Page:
Last Updated on June 7, 2022, by eNotes Editorial. Word Count: 1456
All writers select, rigorously, that portion of the world they wish to present, but in so doing some writers for children make a curious and partial offering—a child's world from which the rest of the community, adults in particular, have been almost wholly excluded. In such a world the children … conduct their affairs with a freedom from adult control of their actions and movement that is rarely accorded to children in real life. (p. 58)
The Irish writer Eilís Dillon has an outstandingly vivid sense of the child's place within the larger community. Her books are remarkable for their distinctive recreation of rural Ireland; the men living close to the land or sea, as farmworkers or fishermen; the women working equally hard in their small houses, caring for their menfolk and their children; and the children themselves, seen essentially as part of the community, with their own place in it and their own chores to carry out at home, having only so much liberty to range the countryside, with its rich wildlife and its possibilities of adventure. Eilís Dillon does devise situations in which her heroes can escape from adult supervision, but always within a firm context of parents and neighbours, and with a constant reference to the ethos and expectations of the community in which they live.
In A Family of Foxes, for instance, four boys unite to hide away a family of silver foxes from the rest of the people on Inishownan, knowing well that if discovered the foxes would at once be killed. This involves the boys in a long conspiracy to evade the adults on the island while they scrounge or steal enough food to keep the foxes alive. In this way the boys are both separated off from the community by their activities, and yet are closely in touch with it. Adult attitudes are of crucial importance to the whole situation: their fear and distrust of foxes; their plans to exterminate all they can find on the island; their shamefaced superstition and their expectations of the young people themselves. At the crisis point, when the men discover what the boys have been up to, and the lives of the foxes hang in the balance, it is the carefully accumulated understanding built up in the earlier part of the story that creates the tense awareness of the extreme delicacy of the situation. (pp. 58-9)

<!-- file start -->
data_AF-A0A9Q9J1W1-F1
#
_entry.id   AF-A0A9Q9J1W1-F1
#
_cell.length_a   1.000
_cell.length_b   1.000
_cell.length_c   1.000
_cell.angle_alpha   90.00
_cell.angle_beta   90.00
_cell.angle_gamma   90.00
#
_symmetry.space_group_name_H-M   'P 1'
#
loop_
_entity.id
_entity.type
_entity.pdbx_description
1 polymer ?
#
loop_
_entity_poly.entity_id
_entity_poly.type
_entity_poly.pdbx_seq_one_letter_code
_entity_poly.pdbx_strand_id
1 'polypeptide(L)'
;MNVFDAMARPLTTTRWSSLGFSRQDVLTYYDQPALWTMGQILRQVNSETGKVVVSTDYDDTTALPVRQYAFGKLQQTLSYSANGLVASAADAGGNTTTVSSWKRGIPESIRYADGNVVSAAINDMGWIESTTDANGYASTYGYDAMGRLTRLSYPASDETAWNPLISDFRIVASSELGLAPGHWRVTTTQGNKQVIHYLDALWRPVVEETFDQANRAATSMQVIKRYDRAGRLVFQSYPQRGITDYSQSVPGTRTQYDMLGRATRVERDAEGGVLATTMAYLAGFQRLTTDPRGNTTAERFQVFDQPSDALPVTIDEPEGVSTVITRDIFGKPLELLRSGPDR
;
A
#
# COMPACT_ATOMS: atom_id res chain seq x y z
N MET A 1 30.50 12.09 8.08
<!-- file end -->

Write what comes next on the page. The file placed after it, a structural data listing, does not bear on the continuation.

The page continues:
[The] central crisis point has been prepared for throughout the preceding story…. In this way a living picture of the Irish community has been built up, and the boys are seen as acting within it, not cut off from it as though in some miraculous way they could exist, for however brief a time, in a vacuum. In this way Eilís Dillon's stories are more than tales of adventure: they are stories of real life.
Of course adventure stories, even stories that are pure fantasy, are often still related to the real life concerns of children. But the dimension added to Eilís Dillon's books, by her inclusion of the community in this way, offers a unique area in relation to which children can be invited to see themselves. Within A Family of Foxes , for instance, can be seen a particularly close, cooperative and interacting way of living which is now less easily observable in our towns and high rise flats, and which is certainly not often revealed in modern stories. Her close, detailed and loving observation of the countryside, and of the animals such as the horses, deer, seals and foxes which provide a focal point for many of...
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her stories, is obviously attractive: a less obvious but valuable element is the vivid portrayal of the people, whose individual characteristics and foibles are so amusingly and compassionately detailed. This leads the young reader to a heightened awareness of the possibilities of community living: its complexity, in the mixture of motives—greed and selfishness alongside generosity and disinterestedness; and the failure of understanding and communication which can bedevil people living apparently close together—but also in the richness of a life in which some degree of mutual interdependence can foster virtues of concern and tolerance. This awareness provides a growing point for the young reader, who is led repeatedly to look behind the surface, and to see—in a way not often fostered in our fragmented and self-seeking modern society—how his natural egocentricity can be subordinated to the common good. This 'message' is the more valid in Eilís Dillon's stories in that it is not presented in any priggish moralistic fashion as 'the lesson' to be taken from the books: it is implicitly there as part of the greater tolerance and understanding of themselves and their neighbours achieved by the characters in the course of their adventures.